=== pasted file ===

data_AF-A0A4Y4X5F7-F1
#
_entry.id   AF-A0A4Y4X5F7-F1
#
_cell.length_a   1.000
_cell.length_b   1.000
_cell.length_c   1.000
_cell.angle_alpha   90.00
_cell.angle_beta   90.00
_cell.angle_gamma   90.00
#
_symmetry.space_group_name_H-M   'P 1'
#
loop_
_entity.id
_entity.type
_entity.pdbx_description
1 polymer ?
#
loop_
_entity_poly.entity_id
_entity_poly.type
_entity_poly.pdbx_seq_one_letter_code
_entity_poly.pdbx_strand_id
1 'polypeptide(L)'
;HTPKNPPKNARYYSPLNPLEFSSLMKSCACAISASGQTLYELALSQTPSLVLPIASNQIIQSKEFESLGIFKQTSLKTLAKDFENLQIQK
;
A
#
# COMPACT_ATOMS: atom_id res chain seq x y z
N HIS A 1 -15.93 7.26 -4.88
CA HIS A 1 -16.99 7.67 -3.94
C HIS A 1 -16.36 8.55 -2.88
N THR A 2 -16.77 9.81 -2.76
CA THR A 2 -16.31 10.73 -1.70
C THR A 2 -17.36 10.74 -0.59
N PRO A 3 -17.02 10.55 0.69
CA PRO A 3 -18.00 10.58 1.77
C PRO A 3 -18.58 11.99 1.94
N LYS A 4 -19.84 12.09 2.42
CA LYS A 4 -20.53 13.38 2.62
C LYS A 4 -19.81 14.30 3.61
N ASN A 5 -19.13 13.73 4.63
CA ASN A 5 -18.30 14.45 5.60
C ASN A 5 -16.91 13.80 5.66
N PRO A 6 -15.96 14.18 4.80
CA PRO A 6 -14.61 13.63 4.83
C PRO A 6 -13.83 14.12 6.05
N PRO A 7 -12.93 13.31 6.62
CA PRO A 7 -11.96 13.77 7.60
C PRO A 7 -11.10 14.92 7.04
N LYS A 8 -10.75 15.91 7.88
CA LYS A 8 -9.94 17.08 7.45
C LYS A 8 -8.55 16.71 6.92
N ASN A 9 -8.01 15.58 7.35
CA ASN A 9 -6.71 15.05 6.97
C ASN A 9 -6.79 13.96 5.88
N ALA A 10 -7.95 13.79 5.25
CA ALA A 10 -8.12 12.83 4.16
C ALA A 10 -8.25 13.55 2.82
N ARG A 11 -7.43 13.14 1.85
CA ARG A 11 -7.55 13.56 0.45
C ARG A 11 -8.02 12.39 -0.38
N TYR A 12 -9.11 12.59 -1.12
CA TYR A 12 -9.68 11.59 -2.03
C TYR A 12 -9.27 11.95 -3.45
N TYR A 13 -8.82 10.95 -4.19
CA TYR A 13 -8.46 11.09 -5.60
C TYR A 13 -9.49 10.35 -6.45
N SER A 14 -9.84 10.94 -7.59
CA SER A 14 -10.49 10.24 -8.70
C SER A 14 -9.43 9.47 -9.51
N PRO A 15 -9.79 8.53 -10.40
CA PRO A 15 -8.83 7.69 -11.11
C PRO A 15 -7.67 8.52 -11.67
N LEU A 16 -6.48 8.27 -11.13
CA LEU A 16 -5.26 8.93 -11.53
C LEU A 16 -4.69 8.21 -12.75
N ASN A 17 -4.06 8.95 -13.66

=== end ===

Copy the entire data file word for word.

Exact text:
data_AF-A0A4Y4X5F7-F1
#
_entry.id   AF-A0A4Y4X5F7-F1
#
_cell.length_a   1.000
_cell.length_b   1.000
_cell.length_c   1.000
_cell.angle_alpha   90.00
_cell.angle_beta   90.00
_cell.angle_gamma   90.00
#
_symmetry.space_group_name_H-M   'P 1'
#
loop_
_entity.id
_entity.type
_entity.pdbx_description
1 polymer ?
#
loop_
_entity_poly.entity_id
_entity_poly.type
_entity_poly.pdbx_seq_one_letter_code
_entity_poly.pdbx_strand_id
1 'polypeptide(L)'
;HTPKNPPKNARYYSPLNPLEFSSLMKSCACAISASGQTLYELALSQTPSLVLPIASNQIIQSKEFESLGIFKQTSLKTLAKDFENLQIQK
;
A
#
# COMPACT_ATOMS: atom_id res chain seq x y z
N HIS A 1 -15.93 7.26 -4.88
CA HIS A 1 -16.99 7.67 -3.94
C HIS A 1 -16.36 8.55 -2.88
N THR A 2 -16.77 9.81 -2.76
CA THR A 2 -16.31 10.73 -1.70
C THR A 2 -17.36 10.74 -0.59
N PRO A 3 -17.02 10.55 0.69
CA PRO A 3 -18.00 10.58 1.77
C PRO A 3 -18.58 11.99 1.94
N LYS A 4 -19.84 12.09 2.42
CA LYS A 4 -20.53 13.38 2.62
C LYS A 4 -19.81 14.30 3.61
N ASN A 5 -19.13 13.73 4.63
CA ASN A 5 -18.30 14.45 5.60
C ASN A 5 -16.91 13.80 5.66
N PRO A 6 -15.96 14.18 4.80
CA PRO A 6 -14.61 13.63 4.83
C PRO A 6 -13.83 14.12 6.05
N PRO A 7 -12.93 13.31 6.62
CA PRO A 7 -11.96 13.77 7.60
C PRO A 7 -11.10 14.92 7.04
N LYS A 8 -10.75 15.91 7.88
CA LYS A 8 -9.94 17.08 7.45
C LYS A 8 -8.55 16.71 6.92
N ASN A 9 -8.01 15.58 7.35
CA ASN A 9 -6.71 15.05 6.97
C ASN A 9 -6.79 13.96 5.88
N ALA A 10 -7.95 13.79 5.25
CA ALA A 10 -8.12 12.83 4.16
C ALA A 10 -8.25 13.55 2.82
N ARG A 11 -7.43 13.14 1.85
CA ARG A 11 -7.55 13.56 0.45
C ARG A 11 -8.02 12.39 -0.38
N TYR A 12 -9.11 12.59 -1.12
CA TYR A 12 -9.68 11.59 -2.03
C TYR A 12 -9.27 11.95 -3.45
N TYR A 13 -8.82 10.95 -4.19
CA TYR A 13 -8.46 11.09 -5.60
C TYR A 13 -9.49 10.35 -6.45
N SER A 14 -9.84 10.94 -7.59
CA SER A 14 -10.49 10.24 -8.70
C SER A 14 -9.43 9.47 -9.51
N PRO A 15 -9.79 8.53 -10.40
CA PRO A 15 -8.83 7.69 -11.11
C PRO A 15 -7.67 8.52 -11.67
N LEU A 16 -6.48 8.27 -11.13
CA LEU A 16 -5.26 8.93 -11.53
C LEU A 16 -4.69 8.21 -12.75
N ASN A 17 -4.06 8.95 -13.66